Mental Health for the Whole Child: Moving Young Clients from Disease & Disorder to Balance & Wellness
Scott M. Shannon, MD
W.W. Norton & Company, 2013
By Jami Jones
People who work with children and teens may have suspected a growing reliance on prescription drugs to treat a variety of mental-health. Recent studies confirm these suspicions. But Scott Shannon belongs to a growing number of doctors who eschew prescription drugs before establishing trusting relationships with young patients to understand their many dimensions and the environments in which they live, learn, and play.
Shannon, who completed a psychiatric residency at the Columbia Program, Cooperstown, N.Y., and a Child/Adolescent Psychiatry Fellowship at the University of New Mexico, writes: “Although I use prescription medication at times, I much prefer to employ natural methods like nutrition, supplements, mind-body skills, acupuncture and a shift in awareness to support the healing process.” It is this shift from the quick pharmaceutical fix to understanding the complexity and integration of the young person’s system that is Scott’s message in the book “Mental Health for the Whole Child: Moving Young Clients from Disease & Disorder to Balance & Wellness.”
Integrative medicine’s focus on health as a mind-body-spiritual connection requires us to move from the medical approach that a child’s “deficits” can be fixed with a pill and embrace supports as a better way to help children. Shannon writes that mental health is an “innate desire for balance — a wholeness — between brain-body-mind lies at the heart of wellness. Such a balance can’t be achieved by medication alone, but requires a broad, full-spectrum understanding of children’s lives: their diet, social skills, sleep habits, their ability to self-regulate, to find meaning and purpose in life, and their family relationships.”
Shannon’s book begins with a lengthy description of the wholeness perspective for mental health — a necessary antidote to our pill popping and quick-fix society. For some people an integrative approach to wellness runs counter to current protocol. Thus, Shannon’s comprehensive presentation is important to understanding that an alternative approach to wellness requires a different assessment of the child or teen.
The factors that Shannon considers when he assesses mental health — he calls them the building blocks for a healthy balance — are: proper nutrition, connections, sound sleep, engagement, self-regulation, spirituality and family. Each of these buildings blocks influences other building blocks and aspects of health. In Part One of this book, Shannon details these building blocks and ways to assess youth for them.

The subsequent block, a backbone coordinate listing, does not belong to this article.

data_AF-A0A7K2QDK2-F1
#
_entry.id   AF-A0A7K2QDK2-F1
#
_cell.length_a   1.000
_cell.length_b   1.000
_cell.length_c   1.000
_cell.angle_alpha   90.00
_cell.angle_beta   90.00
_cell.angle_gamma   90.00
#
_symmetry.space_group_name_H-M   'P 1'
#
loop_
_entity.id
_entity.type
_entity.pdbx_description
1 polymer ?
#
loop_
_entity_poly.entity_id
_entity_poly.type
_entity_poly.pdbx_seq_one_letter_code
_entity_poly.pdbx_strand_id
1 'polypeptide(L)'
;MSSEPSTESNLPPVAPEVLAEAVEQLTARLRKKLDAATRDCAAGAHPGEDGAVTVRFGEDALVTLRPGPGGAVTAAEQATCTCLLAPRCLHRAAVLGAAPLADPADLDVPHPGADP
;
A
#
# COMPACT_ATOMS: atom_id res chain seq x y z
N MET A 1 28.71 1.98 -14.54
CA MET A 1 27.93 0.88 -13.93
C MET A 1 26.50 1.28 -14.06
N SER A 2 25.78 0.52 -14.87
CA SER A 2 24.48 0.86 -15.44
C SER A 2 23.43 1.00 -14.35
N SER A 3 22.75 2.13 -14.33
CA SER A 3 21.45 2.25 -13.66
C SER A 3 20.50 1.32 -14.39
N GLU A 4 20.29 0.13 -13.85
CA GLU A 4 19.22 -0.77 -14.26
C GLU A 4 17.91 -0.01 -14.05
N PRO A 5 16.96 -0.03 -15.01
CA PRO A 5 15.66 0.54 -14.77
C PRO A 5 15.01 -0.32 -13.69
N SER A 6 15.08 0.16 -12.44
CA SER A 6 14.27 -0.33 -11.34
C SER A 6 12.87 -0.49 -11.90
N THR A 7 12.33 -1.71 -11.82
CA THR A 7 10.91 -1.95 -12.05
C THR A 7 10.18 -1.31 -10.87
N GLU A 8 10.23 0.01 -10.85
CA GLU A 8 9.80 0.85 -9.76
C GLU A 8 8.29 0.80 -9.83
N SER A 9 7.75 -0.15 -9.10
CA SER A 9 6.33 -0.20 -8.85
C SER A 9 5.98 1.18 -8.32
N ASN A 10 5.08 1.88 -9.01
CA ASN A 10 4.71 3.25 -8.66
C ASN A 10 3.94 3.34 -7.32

In Part Two of “Mental Health for the Whole Child: Moving Young Clients from Disease & Disorder to Balance & Wellness,” Shannon explains thoroughly – and in lay terms – the following mental health challenges: ADHD, depression, behavioral issues, anxiety and OCD, bipolar disorder, substance abuse, Autism, and trauma and post traumatic stress disorder. For each disorder he describes risk factors as well as non-pharmocological options to diminish or heal it.
Shannon shares step-by-step treatment plans for these disorders and describes children and teens he has treated successfully using the building-block framework for healthy balance. Sample forms for intake and assessment and collaborative treatment are included as appendices that would be useful for youth workers to gain insight into a child or teen’s mental health. The book also provides a helpful glossary of terms and conditions.
Shannon’s integrative approach to mental health is buoyed by research that provides evidence to readers that the pharmaceutical approach to mental health may be counterproductive to what we seek — improving mental health. This book provides an intelligent discussion about an alternative approach to improving mental health that complements approaches such as resiliency and ASCD’s Whole Child Initiative. To lay people, these building blocks make sense, and are actions that can easily augment daily dealings with youth. At the very least, Scott’s message nudges us to consider adding these important building blocks for mental health into the environments in which children and teens live, learn and play.